Accountability for violations

OHCHR is not aware of any investigations of allegations of violations against POWs by the Russian authorities that have led to prosecutions. Several former POWs reported that they were questioned by either prosecutors or military police in a hospital about signs of beatings on their bodies, but they were not aware whether any investigations have been launched.

Treatment of POWs in the power of Ukraine

Treatment during initial capture and evacuation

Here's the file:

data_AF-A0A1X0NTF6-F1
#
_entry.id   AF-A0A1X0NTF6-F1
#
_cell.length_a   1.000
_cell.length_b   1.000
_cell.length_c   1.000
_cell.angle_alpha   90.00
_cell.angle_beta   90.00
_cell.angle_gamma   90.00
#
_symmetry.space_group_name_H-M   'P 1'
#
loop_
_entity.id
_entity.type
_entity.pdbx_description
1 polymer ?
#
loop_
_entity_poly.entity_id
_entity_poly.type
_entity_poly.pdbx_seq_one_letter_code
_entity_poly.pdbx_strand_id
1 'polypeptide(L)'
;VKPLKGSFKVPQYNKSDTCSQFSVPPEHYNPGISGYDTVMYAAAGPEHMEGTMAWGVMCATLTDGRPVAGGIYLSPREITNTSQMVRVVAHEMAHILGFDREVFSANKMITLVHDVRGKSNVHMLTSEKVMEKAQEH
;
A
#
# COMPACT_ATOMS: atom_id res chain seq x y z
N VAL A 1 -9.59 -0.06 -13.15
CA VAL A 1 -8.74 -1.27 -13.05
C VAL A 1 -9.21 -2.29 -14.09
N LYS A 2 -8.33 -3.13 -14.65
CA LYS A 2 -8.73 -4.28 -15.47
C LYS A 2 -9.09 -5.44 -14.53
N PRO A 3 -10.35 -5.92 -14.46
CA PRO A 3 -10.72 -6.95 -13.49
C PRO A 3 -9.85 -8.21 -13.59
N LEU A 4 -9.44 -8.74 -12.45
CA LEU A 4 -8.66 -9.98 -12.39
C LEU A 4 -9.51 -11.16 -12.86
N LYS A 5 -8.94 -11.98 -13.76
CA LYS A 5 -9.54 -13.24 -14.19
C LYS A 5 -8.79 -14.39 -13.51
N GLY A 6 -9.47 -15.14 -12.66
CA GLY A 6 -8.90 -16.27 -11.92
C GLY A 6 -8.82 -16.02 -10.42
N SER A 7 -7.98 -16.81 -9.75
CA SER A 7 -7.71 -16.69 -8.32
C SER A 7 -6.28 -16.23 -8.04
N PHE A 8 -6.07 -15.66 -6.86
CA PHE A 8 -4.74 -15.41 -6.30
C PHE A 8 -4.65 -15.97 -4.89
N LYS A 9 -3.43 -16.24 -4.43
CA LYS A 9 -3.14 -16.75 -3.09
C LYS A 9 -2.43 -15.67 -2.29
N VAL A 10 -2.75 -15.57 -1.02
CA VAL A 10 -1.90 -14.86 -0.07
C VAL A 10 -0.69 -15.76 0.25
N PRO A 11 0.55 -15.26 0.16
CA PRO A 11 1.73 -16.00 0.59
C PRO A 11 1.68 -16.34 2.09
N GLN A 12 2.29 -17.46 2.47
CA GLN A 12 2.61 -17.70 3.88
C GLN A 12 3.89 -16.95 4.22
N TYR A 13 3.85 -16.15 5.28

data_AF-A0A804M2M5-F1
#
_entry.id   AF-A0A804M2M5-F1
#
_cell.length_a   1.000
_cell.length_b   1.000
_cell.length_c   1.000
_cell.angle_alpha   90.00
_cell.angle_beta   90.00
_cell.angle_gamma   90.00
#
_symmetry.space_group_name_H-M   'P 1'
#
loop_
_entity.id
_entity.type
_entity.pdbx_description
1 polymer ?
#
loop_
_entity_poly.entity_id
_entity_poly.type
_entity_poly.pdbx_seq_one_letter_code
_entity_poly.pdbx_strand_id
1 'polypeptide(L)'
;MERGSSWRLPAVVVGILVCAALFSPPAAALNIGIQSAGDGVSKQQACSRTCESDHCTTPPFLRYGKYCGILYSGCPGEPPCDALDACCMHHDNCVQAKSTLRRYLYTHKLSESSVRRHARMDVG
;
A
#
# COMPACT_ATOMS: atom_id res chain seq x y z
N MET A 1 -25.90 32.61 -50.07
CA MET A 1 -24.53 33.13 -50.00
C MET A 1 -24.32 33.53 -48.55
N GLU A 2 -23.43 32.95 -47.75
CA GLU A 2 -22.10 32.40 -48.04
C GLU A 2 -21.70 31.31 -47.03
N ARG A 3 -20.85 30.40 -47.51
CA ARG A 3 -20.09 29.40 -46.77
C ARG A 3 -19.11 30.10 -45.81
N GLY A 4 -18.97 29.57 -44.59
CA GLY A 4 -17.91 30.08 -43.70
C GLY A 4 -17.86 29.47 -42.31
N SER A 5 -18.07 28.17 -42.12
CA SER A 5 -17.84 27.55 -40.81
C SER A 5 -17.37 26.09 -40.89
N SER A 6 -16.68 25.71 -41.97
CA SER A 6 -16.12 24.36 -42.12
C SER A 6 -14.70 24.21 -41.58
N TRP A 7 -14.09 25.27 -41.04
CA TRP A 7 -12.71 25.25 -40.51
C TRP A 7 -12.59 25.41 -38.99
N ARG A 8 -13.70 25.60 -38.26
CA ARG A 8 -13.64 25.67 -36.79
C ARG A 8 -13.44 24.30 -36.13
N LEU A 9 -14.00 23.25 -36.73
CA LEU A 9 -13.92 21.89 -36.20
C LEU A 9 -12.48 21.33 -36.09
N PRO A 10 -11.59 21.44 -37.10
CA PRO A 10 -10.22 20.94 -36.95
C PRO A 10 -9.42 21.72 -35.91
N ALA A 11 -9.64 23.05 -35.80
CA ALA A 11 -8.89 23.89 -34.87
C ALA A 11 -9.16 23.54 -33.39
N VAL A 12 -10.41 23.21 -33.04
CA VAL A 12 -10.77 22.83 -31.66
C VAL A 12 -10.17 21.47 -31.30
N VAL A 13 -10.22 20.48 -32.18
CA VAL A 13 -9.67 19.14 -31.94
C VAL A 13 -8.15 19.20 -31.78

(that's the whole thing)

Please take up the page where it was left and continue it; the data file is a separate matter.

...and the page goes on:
OHCHR documented cases of torture or ill-treatment, mostly during initial capture, first interrogations or movement to transit camps and places of internment. In many cases, POWs (from Russian armed forces and affiliated armed groups) complained of physical violence towards them, such as being punched in the face, and punched and kicked in the torso after surrendering and during their first interrogations by Ukrainian armed forces. In several cases POWs were stabbed or subjected to electric shocks with ‘TAPik’ by Ukrainian law enforcement officers or military personnel guarding them. One POW recalled: We were most afraid of the military phone. The feeling was awful. Your whole body froze and then you would fall to your side. In another case, a POW told OHCHR that the Ukrainian servicemen who captured him did not let him sleep, tied him to something, kicked him and beat him on the head with some hard object the whole night. Several POWs said that officers of Security Service of Ukraine punched and beat them with a rifle butt right before their interrogation, often on camera.